• Please circulate information to members about available financial support – if it isn’t possible to do this well in advance, provide a clear timeline of when this information will be available, and how it will be circulated.
  • Because of information overload, and executive functioning difficulties – challenges with planning, prioritising and organising – some autistic members may need additional advice or support with completing forms to request financial support. If possible, anticipate this upfront and plan for this help to be available, with clear information on how to access it.
  • Please also consider taking disability into account when making discretionary payments.
  • As well as money, there are other material ways in which the union can support strikers eg. providing food, transport, childcare, etc.

4. Information overload

This is HUGE. All those last-minute communications. A mishmash of emails, tweets, shared Google Docs, WhatsApp group conversations, websites and so on. Not to mention all the extra conversations going on in the office.

“Like many autistic people, I struggle with information communicated by speech alone – partly because of difficulty processing language in this form, partly because of my poor working memory (once what’s said has been said, it’s gone!).”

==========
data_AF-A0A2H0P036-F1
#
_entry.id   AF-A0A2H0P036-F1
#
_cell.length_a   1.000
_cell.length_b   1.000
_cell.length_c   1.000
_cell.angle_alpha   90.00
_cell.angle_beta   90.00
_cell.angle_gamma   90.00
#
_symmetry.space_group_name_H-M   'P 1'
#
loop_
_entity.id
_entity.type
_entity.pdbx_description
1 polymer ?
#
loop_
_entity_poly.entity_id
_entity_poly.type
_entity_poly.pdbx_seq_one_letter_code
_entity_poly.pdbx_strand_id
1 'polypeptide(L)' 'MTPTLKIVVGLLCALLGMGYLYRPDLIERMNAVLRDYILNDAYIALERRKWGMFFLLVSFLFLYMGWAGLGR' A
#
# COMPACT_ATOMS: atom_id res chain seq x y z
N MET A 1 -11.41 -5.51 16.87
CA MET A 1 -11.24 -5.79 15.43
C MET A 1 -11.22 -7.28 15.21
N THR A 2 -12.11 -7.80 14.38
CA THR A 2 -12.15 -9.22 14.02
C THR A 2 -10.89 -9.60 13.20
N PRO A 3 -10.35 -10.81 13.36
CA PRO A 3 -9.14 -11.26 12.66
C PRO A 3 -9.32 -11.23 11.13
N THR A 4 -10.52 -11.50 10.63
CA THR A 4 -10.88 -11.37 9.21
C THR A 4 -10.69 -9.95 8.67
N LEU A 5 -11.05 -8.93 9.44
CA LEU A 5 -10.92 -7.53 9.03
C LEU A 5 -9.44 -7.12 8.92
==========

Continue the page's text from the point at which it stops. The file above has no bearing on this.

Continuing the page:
Plus, the information overload tends to continue long after the period of official industrial action has finished – particularly if the dispute does not reach a satisfactory resolution.

“I’m going to hold my hand up here and confess that I’ve set up a filter to mark as read and archive all emails sent by UCU nationally.”


Autistic workers:

  • Consider setting up a separate email account specifically for receiving union-related correspondence. This will reduce overload in your work or personal inboxes, and also allow you to avoid checking your work emails during the strike action.
  • You might also want to set up you own folder (electronic or physical) for filing together all the key documents or communications you might need to refer to during the action.



  • Limit long paragraphs of text in all Bullet pointed lists are easier to process for many readers, not just those who are neurodivergent – including time-pressured academics!